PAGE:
Horrifying as these things are to write down (and I greatly struggled to do so; I feel the need to apologize to my laptop for using it to put together such disgusting sentences, and it’s not even sentient), they’re even worse to seriously have to argue over with someone you’re close to and respect – not least because there’s a massive conflict of conscience here between being loyal to your family and not wanting to put family members on the spot like this, and not wanting to let someone get away with statements like these just because they’re family. When nine out of ten times, you’re talking about work, the weather, a movie you saw or general family matters and you’re having a pleasant time, and then the tenth time you’re yelling at each other as you struggle to convey the value of respecting basic human rights and human dignity and to dismantle their irrational fears and generalizations, you’re in for some internal conflict, to put it mildly. When you spend a quite large chunk of your time working for and with people who came to this country as refugees, it’s even more upsetting to hear someone speak so dismissively and unempathetically of their plight; when you study and work with Muslims and there are people from Arab countries amongst your closest friends, it’s that much harder to comprehend how someone you respect can lump them all into one group and suspect that group of wanting to destroy his continent, culture and life.

When we think of radicalization, we usually think of it as a broadly political or religious phenomenon – we think of the damage it does to the public, to society, when people terrorize others in the name of their firmly-held beliefs, be it the belief that they of all people know what some god or other wants, or the belief in their racial superiority. But the damage starts at home; radicalization does not just tear apart society, but also families. Not everyone is as upset about this as me, though: one Muslim friend of mine will even ask me for news from my dad every once in a while, as he gets a good laugh out of hearing his perfectly harmless self getting demonized like that. Other friends strongly empathise with me and some, in some form or other, even have similar problems in their families. But what can we do? For now, the only option I have seems to be to relentlessly argue and counter, to try my hardest to remain patient and to continue attempting to change his mind about things little by little – exhausting as that is.

Finally, why would I write this down and why the hell would this be what motivates me to start blogging?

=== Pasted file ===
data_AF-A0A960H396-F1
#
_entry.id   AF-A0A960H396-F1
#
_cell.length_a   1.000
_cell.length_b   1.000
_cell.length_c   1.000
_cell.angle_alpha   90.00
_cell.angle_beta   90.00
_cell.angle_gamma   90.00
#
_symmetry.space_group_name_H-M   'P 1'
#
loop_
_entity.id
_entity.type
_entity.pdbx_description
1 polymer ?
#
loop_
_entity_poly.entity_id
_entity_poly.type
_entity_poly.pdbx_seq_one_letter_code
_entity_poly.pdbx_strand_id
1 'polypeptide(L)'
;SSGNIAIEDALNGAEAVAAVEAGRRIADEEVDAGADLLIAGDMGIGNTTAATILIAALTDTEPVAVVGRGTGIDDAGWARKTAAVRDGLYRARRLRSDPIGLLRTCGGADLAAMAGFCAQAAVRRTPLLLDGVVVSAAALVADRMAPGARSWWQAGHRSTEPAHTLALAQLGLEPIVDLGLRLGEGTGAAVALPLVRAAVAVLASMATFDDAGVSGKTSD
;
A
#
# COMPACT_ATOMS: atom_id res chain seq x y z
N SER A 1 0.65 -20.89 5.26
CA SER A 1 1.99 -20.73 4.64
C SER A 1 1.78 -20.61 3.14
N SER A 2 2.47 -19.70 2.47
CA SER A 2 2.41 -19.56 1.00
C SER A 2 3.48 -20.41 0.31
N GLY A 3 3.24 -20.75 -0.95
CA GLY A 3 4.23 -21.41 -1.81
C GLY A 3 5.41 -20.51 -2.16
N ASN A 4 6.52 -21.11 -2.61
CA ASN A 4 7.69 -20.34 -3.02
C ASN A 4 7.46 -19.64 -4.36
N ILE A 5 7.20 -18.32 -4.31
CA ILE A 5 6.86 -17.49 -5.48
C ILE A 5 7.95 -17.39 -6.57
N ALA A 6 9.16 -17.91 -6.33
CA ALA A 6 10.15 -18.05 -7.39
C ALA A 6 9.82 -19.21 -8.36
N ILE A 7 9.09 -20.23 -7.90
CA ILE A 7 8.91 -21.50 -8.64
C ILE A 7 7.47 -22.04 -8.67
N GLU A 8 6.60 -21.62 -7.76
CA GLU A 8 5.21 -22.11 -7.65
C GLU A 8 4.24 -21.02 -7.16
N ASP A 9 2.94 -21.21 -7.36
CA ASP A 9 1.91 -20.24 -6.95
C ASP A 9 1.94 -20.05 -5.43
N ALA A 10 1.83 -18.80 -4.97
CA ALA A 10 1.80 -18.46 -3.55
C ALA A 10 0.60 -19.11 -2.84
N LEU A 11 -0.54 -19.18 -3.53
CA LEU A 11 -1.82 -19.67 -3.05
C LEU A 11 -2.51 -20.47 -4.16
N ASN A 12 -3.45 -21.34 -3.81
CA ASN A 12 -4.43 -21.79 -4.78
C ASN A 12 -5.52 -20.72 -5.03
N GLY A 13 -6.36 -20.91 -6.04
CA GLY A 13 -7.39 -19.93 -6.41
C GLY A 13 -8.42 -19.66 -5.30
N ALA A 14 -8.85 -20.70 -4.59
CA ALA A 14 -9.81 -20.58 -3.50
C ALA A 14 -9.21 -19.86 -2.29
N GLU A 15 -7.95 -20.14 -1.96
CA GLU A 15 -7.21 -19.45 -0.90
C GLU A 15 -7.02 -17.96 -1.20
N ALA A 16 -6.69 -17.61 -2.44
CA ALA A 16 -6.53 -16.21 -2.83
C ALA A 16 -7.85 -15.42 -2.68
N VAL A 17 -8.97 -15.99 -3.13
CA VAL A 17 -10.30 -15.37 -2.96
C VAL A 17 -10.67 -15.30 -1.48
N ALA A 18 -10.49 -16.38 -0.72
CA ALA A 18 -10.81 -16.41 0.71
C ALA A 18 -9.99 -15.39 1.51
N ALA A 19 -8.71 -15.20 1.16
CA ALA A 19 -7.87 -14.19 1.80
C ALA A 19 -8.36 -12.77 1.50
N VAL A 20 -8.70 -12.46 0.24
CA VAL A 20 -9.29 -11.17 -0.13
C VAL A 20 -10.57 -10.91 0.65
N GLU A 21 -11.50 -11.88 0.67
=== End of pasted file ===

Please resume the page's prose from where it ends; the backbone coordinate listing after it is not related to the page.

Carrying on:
Well – for one, it was immensely helpful for me to discover that friends shared similar, if not the exact same extreme problems in their families, and I’ve gotten compassion as well as some good advice on how to approach these things; so I figured by chance, someone struggling with similar issues might read this and it might help them as well. As for how this constitutes a (good) starting point for an academic blog: throughout my ten semesters of studying psychology (yes, I’m a little behind the standard schedule, shoot me), I’ve had five research assistant jobs and numerous aha-moments where I developed a research-interest for something in class or during a project and briefly thought I’d found the thing I wanted to do. However, most of these things ended up not being the thing, because they had two shared features: they fascinated me, but didn’t contribute to improving the world as directly, permanently or importantly as I hoped I could one day.

That is, until I became familiar with the topic of intergroup conflict through an intriguing job and my bachelor’s thesis and ultimately, through a number of factors and experiences such as those with my father, decided on the topic of radicalization for my future research. I suppose you could call that academic daddy issues, if you were trying to be funny. And seeing as I will soon be starting to work on my thesis about just that and will certainly have a lot to learn and to think and babble about, what better time to venture an attempt at blogging? I hope to learn so much about this topic that eventually, I’ll be able to contribute to effectively preventing the radicalization of some people and to permanently de-radicalizing others, which entails changing the minds of people like my father. While doing that, I’ll attempt to provide an interesting, occasionally even entertaining read.

So, hello world, I suppose.

 

 

Leave a Reply

Please log in using one of these methods to post your comment:

WordPress.com Logo

You are commenting using your WordPress.com account. Log Out / Change )

Twitter picture

You are commenting using your Twitter account. Log Out / Change )

Facebook photo

You are commenting using your Facebook account. Log Out / Change )

Google+ photo

You are commenting using your Google+ account. Log Out / Change )

Connecting to %s